For owners of websites in vulnerable ccTLDs, preventing DNS attacks at the TLD level can be very difficult or impossible. Website owners should urge their ccTLD registrars to visit www.microsoft.com/cctldregsec and take advantage of the Microsoft ccTLD Registry Security Assessment Service to find and mitigate any vulnerabilities that may leave domains open to attack.
Because attackers also target individual domains for DNS hijacking directly, website owners should act to ensure that their designated authoritative name servers cannot be changed without their approval. Many domain name registrars offer domain locking services that can help prevent DNS records from being changed without the domain ownerâ€™s approval. Website owners should take advantage of any locking services offered by their registrars, and should urge registrars to offer such services if they do not. Site owners should also take general precautions to secure their domain names against unauthorized changes, such as carefully protecting the usernames and passwords they use to access their domain registry accounts, and only using SSL connections to review their accounts or make changes.
Because DDoS attacks are so difficult to mitigate, itâ€™s important that DNS administrators everywhere be willing to cooperate with each other to prevent attacks from happening in the first place. The United States Computer Emergency Readiness Team (US-CERT) has provided some suggestions to help administrators stop attackers from taking advantage of their DNS servers to launch attacks. 5
- Most DNS amplification attacks take advantage of open DNS name servers, which resolve DNS queries submitted to them by any computer on the Internet. System administrators should configure their DNS servers to ignore queries they receive from hosts outside their domain. A number of tools are available for helping administrators detect misconfigured DNS servers within their networks, including:
- The Open Resolver Project (openresolverproject.org) maintains a list of open DNS resolvers and provides an interface for searching an IP range for open resolvers.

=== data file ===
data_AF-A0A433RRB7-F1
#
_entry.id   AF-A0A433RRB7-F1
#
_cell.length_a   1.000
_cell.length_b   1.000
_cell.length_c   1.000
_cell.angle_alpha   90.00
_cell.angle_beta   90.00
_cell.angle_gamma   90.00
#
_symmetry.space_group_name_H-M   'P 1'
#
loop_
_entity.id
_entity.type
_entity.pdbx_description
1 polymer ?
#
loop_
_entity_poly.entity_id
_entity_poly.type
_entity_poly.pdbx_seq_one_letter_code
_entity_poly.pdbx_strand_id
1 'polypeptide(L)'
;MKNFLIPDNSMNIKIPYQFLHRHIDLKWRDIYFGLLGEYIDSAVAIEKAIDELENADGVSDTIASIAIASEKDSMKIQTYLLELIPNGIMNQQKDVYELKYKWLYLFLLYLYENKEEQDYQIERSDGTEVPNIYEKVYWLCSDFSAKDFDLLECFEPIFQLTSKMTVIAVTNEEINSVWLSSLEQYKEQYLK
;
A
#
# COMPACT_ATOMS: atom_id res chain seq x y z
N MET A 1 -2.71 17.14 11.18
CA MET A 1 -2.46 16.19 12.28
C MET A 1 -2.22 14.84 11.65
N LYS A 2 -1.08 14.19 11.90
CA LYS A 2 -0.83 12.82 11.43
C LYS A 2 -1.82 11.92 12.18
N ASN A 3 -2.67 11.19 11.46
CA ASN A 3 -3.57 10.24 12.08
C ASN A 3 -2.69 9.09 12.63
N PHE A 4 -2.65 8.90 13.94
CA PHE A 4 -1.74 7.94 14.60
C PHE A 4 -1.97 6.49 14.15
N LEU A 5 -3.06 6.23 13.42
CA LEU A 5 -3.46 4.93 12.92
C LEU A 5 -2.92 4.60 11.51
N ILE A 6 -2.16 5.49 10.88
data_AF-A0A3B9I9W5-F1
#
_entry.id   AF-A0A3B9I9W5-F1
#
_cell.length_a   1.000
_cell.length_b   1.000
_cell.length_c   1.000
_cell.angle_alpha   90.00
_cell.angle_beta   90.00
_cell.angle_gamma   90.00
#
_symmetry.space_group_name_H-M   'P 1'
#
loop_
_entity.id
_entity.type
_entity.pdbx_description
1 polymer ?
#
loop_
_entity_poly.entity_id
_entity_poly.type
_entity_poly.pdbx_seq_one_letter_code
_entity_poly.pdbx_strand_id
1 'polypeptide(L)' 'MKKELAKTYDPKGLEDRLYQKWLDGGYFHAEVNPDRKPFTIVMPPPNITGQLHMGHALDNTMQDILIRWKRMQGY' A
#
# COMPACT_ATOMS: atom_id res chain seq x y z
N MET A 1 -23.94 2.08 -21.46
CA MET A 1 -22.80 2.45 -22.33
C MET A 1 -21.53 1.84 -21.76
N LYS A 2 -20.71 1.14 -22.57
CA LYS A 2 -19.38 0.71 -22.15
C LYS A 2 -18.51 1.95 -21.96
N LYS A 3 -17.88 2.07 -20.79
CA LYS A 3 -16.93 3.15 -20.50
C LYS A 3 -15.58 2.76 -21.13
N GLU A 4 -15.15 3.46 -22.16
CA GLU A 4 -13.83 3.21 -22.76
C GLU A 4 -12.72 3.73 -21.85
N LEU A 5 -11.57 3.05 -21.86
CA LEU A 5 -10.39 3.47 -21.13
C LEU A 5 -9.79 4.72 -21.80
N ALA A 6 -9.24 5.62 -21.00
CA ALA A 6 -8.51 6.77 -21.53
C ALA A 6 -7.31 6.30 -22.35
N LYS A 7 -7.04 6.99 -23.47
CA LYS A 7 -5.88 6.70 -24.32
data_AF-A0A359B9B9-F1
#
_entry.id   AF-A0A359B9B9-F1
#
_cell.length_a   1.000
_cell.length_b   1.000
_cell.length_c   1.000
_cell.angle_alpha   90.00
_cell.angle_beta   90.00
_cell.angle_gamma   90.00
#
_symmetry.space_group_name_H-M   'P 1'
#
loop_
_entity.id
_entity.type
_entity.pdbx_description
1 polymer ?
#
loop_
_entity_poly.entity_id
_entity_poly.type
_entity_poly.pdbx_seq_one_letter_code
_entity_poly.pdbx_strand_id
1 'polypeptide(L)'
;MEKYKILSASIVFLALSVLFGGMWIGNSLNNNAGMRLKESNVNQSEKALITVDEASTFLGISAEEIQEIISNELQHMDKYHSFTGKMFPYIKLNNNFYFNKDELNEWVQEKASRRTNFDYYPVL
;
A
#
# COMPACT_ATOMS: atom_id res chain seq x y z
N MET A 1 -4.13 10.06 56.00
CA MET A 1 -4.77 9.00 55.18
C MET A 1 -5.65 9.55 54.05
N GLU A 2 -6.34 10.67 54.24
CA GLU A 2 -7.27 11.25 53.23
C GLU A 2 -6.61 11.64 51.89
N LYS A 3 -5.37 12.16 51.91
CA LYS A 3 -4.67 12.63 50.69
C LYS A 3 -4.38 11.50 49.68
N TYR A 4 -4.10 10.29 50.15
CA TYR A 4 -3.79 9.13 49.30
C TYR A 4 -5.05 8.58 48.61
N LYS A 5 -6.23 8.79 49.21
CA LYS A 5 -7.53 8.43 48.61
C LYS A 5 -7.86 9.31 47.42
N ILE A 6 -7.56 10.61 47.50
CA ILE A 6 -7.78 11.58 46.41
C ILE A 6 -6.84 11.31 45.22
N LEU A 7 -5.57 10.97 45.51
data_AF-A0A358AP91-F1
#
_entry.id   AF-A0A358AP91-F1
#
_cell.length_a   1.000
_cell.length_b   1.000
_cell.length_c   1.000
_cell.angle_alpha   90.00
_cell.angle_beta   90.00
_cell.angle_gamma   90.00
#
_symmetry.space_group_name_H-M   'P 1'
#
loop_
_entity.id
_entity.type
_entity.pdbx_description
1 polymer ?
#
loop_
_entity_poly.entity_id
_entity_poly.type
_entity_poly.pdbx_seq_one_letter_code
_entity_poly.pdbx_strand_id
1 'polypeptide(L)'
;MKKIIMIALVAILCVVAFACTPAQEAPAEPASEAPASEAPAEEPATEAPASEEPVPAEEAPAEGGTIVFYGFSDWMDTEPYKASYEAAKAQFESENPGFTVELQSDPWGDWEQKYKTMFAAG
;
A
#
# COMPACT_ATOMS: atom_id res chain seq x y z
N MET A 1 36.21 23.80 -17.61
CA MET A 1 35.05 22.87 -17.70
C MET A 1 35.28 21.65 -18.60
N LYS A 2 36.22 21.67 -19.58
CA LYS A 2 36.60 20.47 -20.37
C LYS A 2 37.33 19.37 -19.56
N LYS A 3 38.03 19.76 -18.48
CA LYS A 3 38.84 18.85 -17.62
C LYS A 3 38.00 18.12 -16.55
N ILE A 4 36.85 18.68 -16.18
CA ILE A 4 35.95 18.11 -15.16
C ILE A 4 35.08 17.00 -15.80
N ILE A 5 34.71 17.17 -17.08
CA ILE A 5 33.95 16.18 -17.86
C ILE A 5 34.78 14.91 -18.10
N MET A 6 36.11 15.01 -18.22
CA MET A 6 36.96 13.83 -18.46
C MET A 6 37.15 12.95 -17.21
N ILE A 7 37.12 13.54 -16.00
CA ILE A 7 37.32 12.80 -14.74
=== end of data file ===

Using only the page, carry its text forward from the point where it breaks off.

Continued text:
- The Measurement Factory (dns.measurement-factory.com) also maintains a list of open resolvers and offers a free tool to test a single server to determine if it allows open recursion.
- DNSInspect (dnsinspect.com) is another free tool for testing DNS resolvers, and it can also test an entire DNS zone for other possible configuration and security issues.
- Administrators of DNS resolvers can take a number of steps to prevent their resources from being used in attacks, including:
- Source IP verification. Even well-configured DNS resolvers can be exploited by attackers who use source IP address spoofing to issue DNS queries. The Internet Engineering Task Force has released two Best Current Practice documents (tools.ietf.org/html/bcp38, tools.ietf.org/html/bcp84) that can help system administrators perform network ingress filtering, which rejects packets that appear to originate from addresses that cannot be reached via the paths the packets actually take.
- Disabling recursion on authoritative name servers. An authoritative name server is one that provides public name resolution for a specified domain (such as microsoft.com) and optionally one or more subdomains (such as www.microsoft.com). Because authoritative name servers must be publicly accessible, they should be configured to reject recursive queries from clients. For help disabling recursion in Windows Server, see â€œDisable Recursion on the DNS Serverâ€ at Microsoft TechNet (technet.microsoft.com).
- Limiting recursion to authorized clients. DNS servers that are deployed within an organization or Internet service provider (ISP) should be configured to perform recursive queries on behalf of authorized clients only, preferably restricted to clients within the organizationâ€™s network.
Although attacks on popular cloud services tend to make the most headlines, DDoS attacks canâ€”and doâ€”happen to anyone. In fact, well-run cloud services tend to be much better prepared to deal with DDoS attacks than most enterprise IT infrastructures, because successfully overwhelming a large cloud service requires a level of coordination that few prospective attackers are likely to achieve. Organizations that have struggled with DDoS attacks on their websites or other vital parts of their network infrastructures should consider moving some resources to the cloud to take advantage of the security and operations benefits that cloud services provide.
5 See https://www.us-cert.gov/ncas/alerts/TA13-088A for the full alert from US-CERT.